"I've always been scared of the entertainment industry. They build you up and try to tear you down," he said.

By stuffing a piece of gum in a perfectly good pair of pants, Landau says he showed the world he wasn't going to change for the sake of celebrity.

By all accounts, he hasn't.

Last weekend, Murphy performed at the Coalfield Jamboree in Logan. Next month he will play concerts in Beckley, Glade Springs and at The Greenbrier, plus shows in Oklahoma and Florida. In February, he will depart on a 68-city tour with other "America's Got Talent" artists.

Murphy still drives himself to every show. He doesn't hit the clubs afterward. He goes out, sings, and returns to his room. If he wants to hang out, he goes back to Logan County and surrounds himself with family members.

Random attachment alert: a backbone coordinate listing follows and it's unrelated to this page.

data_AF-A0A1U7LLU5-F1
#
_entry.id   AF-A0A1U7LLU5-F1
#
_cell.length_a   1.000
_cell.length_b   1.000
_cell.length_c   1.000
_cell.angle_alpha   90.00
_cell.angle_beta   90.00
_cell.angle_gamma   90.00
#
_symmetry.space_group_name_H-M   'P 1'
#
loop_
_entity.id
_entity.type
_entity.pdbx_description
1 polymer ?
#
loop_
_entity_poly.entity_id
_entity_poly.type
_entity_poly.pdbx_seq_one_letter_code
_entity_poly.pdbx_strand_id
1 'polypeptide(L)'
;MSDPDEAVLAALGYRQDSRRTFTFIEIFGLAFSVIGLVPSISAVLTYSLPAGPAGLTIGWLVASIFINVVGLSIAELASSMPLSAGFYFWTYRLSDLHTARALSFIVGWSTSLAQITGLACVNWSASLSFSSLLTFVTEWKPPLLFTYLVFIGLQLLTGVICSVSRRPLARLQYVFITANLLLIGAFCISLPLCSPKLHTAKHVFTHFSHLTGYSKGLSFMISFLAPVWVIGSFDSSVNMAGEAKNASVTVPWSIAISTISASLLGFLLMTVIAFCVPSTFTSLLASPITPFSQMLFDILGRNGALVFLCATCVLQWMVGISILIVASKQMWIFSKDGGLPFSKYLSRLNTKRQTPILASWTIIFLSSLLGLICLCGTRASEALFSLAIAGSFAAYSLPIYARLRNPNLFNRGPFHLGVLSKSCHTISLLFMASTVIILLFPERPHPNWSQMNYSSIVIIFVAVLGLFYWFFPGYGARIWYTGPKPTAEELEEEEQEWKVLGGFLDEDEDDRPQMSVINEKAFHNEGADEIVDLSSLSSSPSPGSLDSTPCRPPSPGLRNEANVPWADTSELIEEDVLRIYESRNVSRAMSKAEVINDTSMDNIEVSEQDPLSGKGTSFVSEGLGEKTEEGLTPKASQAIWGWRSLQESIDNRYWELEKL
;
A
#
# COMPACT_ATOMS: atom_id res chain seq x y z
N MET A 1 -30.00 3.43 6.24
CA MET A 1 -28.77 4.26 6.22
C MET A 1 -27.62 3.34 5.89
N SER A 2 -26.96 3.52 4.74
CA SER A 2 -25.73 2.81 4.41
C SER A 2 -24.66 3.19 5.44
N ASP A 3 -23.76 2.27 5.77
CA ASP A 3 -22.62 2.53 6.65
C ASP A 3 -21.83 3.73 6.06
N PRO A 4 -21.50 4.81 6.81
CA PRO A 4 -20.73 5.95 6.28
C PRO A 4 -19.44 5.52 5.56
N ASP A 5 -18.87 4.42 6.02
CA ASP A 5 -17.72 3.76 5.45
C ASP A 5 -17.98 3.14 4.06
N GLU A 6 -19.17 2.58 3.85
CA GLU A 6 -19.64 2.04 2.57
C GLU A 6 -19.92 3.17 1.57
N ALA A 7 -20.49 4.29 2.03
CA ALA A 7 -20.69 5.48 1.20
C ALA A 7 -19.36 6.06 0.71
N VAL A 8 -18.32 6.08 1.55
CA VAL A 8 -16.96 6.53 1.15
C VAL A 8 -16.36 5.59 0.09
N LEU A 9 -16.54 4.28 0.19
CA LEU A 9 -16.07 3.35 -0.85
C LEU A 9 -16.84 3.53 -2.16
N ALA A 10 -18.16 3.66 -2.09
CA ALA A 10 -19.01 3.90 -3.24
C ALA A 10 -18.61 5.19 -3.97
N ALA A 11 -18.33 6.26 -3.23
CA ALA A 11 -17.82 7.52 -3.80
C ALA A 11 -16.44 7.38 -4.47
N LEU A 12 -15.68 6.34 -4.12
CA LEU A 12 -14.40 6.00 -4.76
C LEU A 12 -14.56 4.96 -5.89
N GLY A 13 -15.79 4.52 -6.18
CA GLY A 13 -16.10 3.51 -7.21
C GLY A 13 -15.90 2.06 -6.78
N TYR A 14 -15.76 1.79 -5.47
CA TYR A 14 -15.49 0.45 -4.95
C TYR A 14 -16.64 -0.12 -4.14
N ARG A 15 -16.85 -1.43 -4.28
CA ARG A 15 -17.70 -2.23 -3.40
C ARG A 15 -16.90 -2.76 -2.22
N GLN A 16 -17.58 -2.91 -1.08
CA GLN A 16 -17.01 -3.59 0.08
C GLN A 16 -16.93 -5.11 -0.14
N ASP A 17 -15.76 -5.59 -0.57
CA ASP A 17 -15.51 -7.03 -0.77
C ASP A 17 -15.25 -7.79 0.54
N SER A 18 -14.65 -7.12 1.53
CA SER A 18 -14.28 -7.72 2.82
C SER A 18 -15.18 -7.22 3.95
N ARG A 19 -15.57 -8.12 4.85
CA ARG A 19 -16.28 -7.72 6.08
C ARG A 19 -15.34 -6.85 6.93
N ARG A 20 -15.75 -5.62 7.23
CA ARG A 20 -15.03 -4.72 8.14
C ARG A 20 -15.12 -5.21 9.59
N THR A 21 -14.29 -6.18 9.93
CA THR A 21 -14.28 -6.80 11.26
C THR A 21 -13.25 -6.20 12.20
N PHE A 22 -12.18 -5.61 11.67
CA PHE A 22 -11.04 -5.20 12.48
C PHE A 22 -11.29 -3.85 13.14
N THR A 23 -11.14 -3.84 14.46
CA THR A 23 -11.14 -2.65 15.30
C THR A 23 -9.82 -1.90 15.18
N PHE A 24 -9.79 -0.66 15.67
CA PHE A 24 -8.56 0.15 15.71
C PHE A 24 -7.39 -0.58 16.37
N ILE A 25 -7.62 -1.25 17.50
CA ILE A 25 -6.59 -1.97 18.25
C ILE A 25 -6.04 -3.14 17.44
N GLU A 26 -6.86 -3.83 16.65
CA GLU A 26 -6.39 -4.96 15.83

More than building his own career, Murphy wants to help other talented Mountaineers get their start.

"We've got to do everything we can to lift West Virginia up," he said. "I'm going to defend it with all the power I have."

He's installing a recording studio in his home and wants to start a record label.

"There's so much talent around me, and I want to show it to the world," he said.

Murphy was 36 years old when the world first took notice of him. He said there are people much older than him with just as much talent. They only need a helping hand to get started.

"It's never too late, but somebody has to believe in you. And first of all, you have to belief in yourself," he said.

It's a recipe for success, from a man who knows it works.

Contact writer Zack Harold at 304-348-7939 or zack.harold@dailymail.com. Follow him at www.twitter.com/ZackHarold.